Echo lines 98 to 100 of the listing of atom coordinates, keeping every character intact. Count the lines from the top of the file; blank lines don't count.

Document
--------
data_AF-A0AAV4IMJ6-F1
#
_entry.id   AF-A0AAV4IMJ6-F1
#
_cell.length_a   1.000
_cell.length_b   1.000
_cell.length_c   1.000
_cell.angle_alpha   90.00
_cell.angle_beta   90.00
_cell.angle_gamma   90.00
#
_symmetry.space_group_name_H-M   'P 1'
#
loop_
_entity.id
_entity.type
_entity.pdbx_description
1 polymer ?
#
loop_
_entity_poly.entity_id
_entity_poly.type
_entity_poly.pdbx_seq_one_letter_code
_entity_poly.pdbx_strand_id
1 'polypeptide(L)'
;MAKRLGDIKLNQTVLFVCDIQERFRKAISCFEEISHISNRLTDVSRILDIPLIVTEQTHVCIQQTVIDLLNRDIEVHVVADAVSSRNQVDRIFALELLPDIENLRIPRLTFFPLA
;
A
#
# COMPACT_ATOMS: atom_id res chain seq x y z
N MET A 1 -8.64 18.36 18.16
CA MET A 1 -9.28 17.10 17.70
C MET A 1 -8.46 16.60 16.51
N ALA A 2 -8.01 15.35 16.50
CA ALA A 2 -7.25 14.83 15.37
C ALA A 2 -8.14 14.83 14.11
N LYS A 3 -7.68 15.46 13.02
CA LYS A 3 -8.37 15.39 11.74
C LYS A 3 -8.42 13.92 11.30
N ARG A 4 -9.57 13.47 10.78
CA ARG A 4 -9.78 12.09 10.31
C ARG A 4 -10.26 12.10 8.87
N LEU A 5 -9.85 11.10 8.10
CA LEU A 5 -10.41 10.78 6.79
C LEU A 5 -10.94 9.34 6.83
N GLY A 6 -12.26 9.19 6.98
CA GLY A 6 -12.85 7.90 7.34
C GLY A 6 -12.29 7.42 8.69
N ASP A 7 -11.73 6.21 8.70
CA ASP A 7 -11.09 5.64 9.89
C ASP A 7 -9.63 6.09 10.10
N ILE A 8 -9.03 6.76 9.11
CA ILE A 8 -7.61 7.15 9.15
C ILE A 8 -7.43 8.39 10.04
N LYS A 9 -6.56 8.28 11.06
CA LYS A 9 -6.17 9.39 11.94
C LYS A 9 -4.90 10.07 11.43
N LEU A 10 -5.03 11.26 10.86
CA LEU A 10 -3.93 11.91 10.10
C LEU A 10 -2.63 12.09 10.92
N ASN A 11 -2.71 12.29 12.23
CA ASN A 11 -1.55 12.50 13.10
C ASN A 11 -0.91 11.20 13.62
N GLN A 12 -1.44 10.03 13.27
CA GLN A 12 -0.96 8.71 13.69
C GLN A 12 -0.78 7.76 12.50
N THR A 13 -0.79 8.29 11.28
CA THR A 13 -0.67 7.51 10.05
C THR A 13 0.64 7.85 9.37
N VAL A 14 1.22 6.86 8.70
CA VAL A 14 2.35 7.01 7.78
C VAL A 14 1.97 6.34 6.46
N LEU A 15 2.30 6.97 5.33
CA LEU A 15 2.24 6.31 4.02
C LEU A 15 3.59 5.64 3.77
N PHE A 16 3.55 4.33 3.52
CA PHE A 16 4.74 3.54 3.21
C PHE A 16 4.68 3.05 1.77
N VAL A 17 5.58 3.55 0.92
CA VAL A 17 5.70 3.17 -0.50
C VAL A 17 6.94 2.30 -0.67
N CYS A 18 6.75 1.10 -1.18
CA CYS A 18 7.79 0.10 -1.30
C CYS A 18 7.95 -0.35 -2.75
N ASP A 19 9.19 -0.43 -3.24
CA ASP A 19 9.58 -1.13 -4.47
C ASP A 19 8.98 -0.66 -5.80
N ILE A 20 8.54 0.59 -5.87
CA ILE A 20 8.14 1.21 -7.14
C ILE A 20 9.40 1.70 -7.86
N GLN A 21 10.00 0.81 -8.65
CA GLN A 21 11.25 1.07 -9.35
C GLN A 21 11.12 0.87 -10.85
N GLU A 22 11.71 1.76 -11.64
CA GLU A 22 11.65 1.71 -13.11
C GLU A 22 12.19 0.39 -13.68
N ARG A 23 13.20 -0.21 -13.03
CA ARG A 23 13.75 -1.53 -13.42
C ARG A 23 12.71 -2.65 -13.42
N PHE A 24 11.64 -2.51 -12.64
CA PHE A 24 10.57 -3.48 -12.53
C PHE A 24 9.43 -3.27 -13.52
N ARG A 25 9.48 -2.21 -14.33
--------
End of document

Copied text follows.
CA ARG A 23 13.75 -1.53 -13.42
C ARG A 23 12.71 -2.65 -13.42
N PHE A 24 11.64 -2.51 -12.64